A record 399 openly LGBT candidates ran for office including 22 for Congress and four for governor. As of November 7th, 153 of these candidates won their races. Among historic firsts was the election of Jared Polis of Colorado – the first openly gay governor elected in any state – the re-election of the first openly LGBT senator Tammy Baldwin of Wisconsin, the first transgender person nominated by a major party for governor, Christine Hallquist of Vermont (who lost to Republican incumbent Phil Scott). In Kansas, Sharice Davids was elected as the first openly lesbian congresswoman from the state. Davids is one of only two Native American women elected into congress. The other is Deb Haaland from New Mexico. In addition, Ilhan Omar of Minnesota and Rashida Tlaib of Michigan became the first Muslim women in Congress. Texas voted Veronica Escobar and Sylvia Garicia into the House – they will be the state’s first Latina representatives. Massachusetts voted to uphold a state law that protects transgender people in public spaces – the first piece of legislation on transgender rights to reach a statewide vote in the U.S. – and elected Ayanna Pressley, its first African-American congressmember.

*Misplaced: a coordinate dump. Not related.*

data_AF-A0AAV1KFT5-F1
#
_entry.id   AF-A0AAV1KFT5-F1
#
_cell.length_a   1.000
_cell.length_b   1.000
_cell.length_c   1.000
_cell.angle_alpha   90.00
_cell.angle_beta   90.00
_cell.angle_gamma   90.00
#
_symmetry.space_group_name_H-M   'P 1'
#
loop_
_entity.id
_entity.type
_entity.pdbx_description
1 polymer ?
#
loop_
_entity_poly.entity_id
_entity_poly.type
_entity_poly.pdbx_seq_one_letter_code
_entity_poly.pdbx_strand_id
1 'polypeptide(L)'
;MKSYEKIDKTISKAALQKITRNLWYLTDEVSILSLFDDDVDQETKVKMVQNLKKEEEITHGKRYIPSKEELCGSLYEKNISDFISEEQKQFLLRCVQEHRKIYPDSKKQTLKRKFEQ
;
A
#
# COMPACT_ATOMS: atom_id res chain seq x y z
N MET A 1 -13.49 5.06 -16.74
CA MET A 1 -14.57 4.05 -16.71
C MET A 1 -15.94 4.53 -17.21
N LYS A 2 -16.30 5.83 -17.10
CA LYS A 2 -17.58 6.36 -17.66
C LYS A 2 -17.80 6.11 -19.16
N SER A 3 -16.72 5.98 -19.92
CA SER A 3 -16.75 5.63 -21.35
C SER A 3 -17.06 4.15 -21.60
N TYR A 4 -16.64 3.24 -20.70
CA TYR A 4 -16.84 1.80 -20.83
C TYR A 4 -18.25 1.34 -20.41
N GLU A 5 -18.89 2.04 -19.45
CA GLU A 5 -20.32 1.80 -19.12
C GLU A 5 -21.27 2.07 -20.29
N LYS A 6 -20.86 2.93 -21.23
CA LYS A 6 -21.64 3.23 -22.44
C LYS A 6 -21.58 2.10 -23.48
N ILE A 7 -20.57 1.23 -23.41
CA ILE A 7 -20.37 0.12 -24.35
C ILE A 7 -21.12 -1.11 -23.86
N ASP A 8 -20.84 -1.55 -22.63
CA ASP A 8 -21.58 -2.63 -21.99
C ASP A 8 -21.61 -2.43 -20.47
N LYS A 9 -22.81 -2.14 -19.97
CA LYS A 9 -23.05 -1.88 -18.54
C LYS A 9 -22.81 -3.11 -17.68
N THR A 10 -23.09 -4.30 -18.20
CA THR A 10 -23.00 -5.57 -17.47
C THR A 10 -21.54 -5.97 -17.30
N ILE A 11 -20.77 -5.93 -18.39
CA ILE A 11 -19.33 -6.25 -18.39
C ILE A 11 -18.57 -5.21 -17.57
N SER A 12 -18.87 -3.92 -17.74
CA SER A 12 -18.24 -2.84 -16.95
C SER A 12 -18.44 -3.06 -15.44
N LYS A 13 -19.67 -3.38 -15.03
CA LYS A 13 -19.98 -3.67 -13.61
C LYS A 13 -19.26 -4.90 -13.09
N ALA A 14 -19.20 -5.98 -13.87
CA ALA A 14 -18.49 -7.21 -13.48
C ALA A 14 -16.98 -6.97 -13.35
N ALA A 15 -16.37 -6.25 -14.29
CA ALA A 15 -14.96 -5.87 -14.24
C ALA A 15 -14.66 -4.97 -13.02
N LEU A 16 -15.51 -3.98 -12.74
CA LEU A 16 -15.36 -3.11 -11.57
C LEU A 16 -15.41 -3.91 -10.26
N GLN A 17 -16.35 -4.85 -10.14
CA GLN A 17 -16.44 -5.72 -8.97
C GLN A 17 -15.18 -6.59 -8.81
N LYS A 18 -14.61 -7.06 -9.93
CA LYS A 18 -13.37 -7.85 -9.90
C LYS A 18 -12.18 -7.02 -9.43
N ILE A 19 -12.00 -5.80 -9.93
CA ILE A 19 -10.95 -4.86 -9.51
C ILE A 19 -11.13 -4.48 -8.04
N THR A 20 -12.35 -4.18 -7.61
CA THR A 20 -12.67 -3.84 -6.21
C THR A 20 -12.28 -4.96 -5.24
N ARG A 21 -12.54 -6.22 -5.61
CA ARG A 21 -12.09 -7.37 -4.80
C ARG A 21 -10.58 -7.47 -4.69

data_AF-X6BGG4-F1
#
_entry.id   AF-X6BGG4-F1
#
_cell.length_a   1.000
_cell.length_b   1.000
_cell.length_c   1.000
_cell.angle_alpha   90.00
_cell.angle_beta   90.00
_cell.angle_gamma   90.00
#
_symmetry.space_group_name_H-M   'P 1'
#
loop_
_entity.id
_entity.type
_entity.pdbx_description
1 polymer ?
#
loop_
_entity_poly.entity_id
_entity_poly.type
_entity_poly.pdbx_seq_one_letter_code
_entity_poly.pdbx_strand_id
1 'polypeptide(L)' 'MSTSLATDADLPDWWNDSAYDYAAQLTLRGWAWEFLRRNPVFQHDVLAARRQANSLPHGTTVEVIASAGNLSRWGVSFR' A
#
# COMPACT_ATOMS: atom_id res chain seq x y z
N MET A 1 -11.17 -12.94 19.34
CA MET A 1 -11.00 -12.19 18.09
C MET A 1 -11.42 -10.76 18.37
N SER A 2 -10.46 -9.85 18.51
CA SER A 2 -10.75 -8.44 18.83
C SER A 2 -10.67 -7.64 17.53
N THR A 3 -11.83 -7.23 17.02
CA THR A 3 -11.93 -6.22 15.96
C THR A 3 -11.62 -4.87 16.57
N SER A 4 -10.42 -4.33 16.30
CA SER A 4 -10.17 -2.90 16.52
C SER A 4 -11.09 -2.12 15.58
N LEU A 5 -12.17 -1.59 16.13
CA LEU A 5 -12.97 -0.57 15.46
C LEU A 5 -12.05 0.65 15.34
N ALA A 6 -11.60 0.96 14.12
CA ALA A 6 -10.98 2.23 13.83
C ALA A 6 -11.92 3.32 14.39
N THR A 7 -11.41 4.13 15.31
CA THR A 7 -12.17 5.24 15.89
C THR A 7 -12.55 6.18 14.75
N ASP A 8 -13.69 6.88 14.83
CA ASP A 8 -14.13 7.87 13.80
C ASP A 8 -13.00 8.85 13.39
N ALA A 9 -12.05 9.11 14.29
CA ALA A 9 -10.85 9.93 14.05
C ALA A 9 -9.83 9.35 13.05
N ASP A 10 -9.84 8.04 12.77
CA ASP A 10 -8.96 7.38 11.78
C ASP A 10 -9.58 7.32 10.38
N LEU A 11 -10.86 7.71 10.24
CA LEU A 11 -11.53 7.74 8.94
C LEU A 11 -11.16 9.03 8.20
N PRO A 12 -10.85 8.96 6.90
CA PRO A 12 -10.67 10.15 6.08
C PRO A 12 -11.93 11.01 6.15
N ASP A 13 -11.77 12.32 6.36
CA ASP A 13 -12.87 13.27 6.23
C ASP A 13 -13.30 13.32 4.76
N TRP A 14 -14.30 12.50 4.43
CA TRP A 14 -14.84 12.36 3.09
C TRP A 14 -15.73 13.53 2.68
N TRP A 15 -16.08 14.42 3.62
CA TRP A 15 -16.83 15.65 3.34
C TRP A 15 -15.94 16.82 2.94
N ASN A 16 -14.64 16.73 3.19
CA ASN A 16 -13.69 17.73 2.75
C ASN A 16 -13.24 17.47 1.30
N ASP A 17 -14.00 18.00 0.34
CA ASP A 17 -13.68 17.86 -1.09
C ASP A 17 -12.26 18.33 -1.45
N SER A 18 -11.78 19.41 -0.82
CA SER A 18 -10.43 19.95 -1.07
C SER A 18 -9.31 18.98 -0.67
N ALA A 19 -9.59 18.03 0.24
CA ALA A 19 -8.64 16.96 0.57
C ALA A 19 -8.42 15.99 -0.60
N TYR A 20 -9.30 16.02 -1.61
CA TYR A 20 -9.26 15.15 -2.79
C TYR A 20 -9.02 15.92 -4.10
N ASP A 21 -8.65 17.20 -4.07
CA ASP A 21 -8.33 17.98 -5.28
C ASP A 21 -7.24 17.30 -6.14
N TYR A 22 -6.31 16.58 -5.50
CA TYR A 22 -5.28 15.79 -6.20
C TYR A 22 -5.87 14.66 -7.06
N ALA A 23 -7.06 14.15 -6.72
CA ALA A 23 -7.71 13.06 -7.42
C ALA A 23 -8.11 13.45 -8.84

Gerrymandering, voter repression, and campaign finance practices continue to challenge the validity of American democracy and voter trust, but an increasingly representative Congress and the end of two-year single-party rule promises to bring these questions into the political spotlight. Still, the perceived high stakes that many Americans, on both sides, had of the Midterms is an indicator of the most serious problem for American democracy. The United States are divided, and that division has raised the stakes of elections. To heal this division, a new consensus on fundamental issues must be forged. Such a consensus will have to rely on rebuilding of trust and connections between geographically disparate groups.